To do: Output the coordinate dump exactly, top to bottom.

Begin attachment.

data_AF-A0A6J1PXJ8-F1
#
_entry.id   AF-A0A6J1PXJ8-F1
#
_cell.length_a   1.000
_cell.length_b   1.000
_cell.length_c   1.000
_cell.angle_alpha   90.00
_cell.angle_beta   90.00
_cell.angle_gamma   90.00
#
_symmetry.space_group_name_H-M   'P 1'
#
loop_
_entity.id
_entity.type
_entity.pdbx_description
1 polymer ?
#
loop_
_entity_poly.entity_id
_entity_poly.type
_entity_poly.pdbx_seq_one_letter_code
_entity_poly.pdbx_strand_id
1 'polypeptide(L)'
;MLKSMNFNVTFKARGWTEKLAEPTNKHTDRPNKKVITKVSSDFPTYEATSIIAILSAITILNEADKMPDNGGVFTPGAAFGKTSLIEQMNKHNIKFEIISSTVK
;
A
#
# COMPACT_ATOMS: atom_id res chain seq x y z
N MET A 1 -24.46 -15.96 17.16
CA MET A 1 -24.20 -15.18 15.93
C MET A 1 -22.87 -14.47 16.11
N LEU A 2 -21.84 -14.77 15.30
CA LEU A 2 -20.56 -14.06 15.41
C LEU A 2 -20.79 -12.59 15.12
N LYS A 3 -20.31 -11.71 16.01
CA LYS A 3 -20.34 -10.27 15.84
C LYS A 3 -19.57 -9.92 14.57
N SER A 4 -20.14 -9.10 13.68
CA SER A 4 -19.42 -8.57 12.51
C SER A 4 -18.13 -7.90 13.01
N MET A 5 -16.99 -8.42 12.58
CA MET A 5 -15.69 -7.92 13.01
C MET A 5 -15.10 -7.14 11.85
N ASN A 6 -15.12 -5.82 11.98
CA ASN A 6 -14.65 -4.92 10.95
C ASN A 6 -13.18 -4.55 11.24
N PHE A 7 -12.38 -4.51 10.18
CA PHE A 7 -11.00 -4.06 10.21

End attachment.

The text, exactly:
data_AF-A0A6J1PXJ8-F1
#
_entry.id   AF-A0A6J1PXJ8-F1
#
_cell.length_a   1.000
_cell.length_b   1.000
_cell.length_c   1.000
_cell.angle_alpha   90.00
_cell.angle_beta   90.00
_cell.angle_gamma   90.00
#
_symmetry.space_group_name_H-M   'P 1'
#
loop_
_entity.id
_entity.type
_entity.pdbx_description
1 polymer ?
#
loop_
_entity_poly.entity_id
_entity_poly.type
_entity_poly.pdbx_seq_one_letter_code
_entity_poly.pdbx_strand_id
1 'polypeptide(L)'
;MLKSMNFNVTFKARGWTEKLAEPTNKHTDRPNKKVITKVSSDFPTYEATSIIAILSAITILNEADKMPDNGGVFTPGAAFGKTSLIEQMNKHNIKFEIISSTVK
;
A
#
# COMPACT_ATOMS: atom_id res chain seq x y z
N MET A 1 -24.46 -15.96 17.16
CA MET A 1 -24.20 -15.18 15.93
C MET A 1 -22.87 -14.47 16.11
N LEU A 2 -21.84 -14.77 15.30
CA LEU A 2 -20.56 -14.06 15.41
C LEU A 2 -20.79 -12.59 15.12
N LYS A 3 -20.31 -11.71 16.01
CA LYS A 3 -20.34 -10.27 15.84
C LYS A 3 -19.57 -9.92 14.57
N SER A 4 -20.14 -9.10 13.68
CA SER A 4 -19.42 -8.57 12.51
C SER A 4 -18.13 -7.90 13.01
N MET A 5 -16.99 -8.42 12.58
CA MET A 5 -15.69 -7.92 13.01
C MET A 5 -15.10 -7.14 11.85
N ASN A 6 -15.12 -5.82 11.98
CA ASN A 6 -14.65 -4.92 10.95
C ASN A 6 -13.18 -4.55 11.24
N PHE A 7 -12.38 -4.51 10.18
CA PHE A 7 -11.00 -4.06 10.21